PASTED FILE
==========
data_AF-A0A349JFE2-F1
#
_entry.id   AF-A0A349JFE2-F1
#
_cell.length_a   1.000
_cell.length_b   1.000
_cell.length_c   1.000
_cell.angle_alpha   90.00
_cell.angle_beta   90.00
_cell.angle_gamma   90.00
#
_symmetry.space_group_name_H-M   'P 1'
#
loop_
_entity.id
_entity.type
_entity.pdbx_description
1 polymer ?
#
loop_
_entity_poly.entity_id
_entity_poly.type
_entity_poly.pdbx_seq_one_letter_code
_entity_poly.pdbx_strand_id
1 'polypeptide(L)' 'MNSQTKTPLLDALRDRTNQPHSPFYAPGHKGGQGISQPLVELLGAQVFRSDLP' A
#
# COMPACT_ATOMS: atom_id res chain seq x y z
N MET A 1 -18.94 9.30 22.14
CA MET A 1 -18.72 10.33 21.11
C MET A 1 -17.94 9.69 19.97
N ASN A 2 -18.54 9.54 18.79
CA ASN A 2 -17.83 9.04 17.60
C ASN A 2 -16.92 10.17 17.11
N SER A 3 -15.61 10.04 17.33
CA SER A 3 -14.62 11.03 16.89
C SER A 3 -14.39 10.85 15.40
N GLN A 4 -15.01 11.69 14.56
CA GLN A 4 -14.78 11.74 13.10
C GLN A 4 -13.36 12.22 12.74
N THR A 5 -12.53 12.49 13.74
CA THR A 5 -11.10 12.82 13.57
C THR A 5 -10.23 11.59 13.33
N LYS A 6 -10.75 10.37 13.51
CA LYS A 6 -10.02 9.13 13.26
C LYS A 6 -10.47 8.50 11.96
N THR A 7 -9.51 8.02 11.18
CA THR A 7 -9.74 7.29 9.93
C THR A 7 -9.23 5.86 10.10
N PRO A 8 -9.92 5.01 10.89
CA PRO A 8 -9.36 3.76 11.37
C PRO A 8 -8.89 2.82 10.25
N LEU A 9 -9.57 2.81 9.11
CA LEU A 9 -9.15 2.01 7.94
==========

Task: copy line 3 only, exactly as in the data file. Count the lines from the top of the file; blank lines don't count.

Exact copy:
_entry.id   AF-A0A349JFE2-F1